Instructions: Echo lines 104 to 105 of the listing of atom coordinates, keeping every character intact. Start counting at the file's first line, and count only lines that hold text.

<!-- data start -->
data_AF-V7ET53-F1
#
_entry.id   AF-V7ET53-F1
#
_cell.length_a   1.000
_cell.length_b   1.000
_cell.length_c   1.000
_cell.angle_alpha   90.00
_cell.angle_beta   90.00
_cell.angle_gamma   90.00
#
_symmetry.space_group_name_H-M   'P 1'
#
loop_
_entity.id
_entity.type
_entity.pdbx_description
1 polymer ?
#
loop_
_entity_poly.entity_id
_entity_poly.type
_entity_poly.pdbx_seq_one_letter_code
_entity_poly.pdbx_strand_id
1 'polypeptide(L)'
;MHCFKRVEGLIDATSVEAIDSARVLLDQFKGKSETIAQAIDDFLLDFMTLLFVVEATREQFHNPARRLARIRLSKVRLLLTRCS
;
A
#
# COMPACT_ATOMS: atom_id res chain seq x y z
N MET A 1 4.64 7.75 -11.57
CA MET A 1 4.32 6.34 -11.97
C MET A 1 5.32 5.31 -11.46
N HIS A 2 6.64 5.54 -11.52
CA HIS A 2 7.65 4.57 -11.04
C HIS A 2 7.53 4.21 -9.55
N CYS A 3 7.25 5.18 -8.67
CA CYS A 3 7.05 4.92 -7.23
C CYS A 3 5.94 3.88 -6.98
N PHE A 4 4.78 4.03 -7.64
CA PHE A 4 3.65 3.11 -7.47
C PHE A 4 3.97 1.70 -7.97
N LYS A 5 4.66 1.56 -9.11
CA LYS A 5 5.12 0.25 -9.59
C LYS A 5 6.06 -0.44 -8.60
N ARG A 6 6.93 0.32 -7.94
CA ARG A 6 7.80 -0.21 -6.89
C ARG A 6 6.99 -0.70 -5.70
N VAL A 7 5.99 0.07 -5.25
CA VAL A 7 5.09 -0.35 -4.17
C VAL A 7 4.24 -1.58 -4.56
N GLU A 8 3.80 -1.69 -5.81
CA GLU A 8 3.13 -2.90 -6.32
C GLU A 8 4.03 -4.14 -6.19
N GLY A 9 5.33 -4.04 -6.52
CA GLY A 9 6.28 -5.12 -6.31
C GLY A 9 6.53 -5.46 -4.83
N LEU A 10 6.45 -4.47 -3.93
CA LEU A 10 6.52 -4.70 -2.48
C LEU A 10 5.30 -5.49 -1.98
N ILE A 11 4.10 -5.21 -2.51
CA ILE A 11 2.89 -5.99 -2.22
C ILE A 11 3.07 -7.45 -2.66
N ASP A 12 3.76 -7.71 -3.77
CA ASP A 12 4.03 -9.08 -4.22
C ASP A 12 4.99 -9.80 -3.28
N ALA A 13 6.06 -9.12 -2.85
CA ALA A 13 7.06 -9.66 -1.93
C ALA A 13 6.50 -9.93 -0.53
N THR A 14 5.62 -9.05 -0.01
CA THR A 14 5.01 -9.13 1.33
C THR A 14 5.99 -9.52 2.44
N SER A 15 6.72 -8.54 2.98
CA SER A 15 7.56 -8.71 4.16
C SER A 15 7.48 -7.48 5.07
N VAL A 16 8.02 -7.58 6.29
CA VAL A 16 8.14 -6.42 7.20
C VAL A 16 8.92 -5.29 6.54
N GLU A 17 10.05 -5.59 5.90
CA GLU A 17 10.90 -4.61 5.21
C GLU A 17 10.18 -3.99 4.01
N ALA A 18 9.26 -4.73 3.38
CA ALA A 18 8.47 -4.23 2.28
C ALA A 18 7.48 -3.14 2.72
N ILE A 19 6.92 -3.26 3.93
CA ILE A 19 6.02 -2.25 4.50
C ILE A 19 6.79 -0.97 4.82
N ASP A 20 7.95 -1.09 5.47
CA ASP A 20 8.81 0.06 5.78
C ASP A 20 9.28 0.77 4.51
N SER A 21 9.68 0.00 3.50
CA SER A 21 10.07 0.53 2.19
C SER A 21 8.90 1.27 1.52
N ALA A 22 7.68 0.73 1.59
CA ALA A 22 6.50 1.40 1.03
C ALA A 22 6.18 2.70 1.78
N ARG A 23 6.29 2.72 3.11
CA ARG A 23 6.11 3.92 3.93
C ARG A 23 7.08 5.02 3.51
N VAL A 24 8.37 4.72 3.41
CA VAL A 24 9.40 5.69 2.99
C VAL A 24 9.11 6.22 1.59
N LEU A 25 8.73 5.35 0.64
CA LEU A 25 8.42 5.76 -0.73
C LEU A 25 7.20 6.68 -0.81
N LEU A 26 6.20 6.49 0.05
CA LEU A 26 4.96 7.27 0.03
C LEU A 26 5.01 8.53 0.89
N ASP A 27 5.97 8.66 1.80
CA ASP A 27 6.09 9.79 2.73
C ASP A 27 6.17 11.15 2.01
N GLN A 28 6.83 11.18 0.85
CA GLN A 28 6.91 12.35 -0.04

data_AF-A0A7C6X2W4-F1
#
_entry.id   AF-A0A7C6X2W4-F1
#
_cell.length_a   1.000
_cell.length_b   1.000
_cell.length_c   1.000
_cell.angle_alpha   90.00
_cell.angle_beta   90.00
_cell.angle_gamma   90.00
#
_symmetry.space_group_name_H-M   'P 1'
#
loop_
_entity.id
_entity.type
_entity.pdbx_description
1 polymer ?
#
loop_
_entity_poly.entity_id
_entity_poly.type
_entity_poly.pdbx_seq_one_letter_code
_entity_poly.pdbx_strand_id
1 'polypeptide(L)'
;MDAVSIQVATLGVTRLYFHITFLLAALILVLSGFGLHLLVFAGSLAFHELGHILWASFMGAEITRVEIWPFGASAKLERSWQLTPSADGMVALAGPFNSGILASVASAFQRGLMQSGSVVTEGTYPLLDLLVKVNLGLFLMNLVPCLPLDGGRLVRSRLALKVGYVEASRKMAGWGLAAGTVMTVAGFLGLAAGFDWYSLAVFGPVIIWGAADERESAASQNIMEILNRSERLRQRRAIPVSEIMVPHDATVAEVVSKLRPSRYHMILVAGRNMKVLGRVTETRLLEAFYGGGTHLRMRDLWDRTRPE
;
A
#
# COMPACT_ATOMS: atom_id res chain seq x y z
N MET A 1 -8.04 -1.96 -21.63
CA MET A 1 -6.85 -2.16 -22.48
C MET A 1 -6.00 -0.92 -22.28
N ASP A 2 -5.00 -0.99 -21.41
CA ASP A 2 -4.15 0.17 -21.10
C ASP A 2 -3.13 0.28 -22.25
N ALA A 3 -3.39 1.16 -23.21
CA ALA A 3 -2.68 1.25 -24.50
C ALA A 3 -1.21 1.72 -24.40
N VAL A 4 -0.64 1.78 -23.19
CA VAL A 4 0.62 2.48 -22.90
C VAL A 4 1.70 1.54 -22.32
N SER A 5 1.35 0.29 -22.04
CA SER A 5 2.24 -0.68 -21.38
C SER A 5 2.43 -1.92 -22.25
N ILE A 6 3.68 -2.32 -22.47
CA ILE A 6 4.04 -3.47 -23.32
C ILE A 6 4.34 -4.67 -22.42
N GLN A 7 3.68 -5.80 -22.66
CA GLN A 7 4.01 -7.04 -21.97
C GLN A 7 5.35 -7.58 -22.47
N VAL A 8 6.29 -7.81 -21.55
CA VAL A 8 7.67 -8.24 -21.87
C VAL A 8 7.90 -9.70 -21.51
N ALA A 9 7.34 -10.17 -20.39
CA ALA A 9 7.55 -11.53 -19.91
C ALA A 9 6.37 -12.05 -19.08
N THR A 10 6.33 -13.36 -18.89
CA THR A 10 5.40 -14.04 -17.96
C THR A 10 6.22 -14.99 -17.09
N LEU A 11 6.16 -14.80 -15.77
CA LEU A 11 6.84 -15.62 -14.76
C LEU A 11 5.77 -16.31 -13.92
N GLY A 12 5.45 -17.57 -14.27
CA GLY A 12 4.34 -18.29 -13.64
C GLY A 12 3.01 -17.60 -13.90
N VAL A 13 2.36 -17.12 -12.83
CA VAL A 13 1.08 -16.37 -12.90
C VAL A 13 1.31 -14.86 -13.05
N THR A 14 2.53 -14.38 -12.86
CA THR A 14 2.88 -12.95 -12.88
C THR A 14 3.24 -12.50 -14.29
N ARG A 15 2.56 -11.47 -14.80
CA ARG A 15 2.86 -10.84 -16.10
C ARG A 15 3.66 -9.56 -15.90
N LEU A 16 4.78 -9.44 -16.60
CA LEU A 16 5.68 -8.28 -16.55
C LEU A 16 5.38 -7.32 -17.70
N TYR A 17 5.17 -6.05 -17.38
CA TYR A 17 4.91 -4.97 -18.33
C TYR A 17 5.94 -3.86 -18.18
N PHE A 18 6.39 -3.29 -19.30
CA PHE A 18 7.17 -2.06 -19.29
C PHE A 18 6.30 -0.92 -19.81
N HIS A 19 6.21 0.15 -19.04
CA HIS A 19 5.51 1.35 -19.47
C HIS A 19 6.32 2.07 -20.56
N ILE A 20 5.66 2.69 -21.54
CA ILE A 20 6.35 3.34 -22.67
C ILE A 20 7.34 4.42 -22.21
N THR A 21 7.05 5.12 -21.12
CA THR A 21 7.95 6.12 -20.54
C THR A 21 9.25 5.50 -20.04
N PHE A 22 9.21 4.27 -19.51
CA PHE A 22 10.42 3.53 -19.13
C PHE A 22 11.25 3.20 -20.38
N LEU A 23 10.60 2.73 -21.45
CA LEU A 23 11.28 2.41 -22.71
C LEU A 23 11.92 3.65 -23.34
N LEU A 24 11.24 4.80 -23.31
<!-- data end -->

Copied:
CA LEU A 25 8.42 5.76 -0.73
C LEU A 25 7.20 6.68 -0.81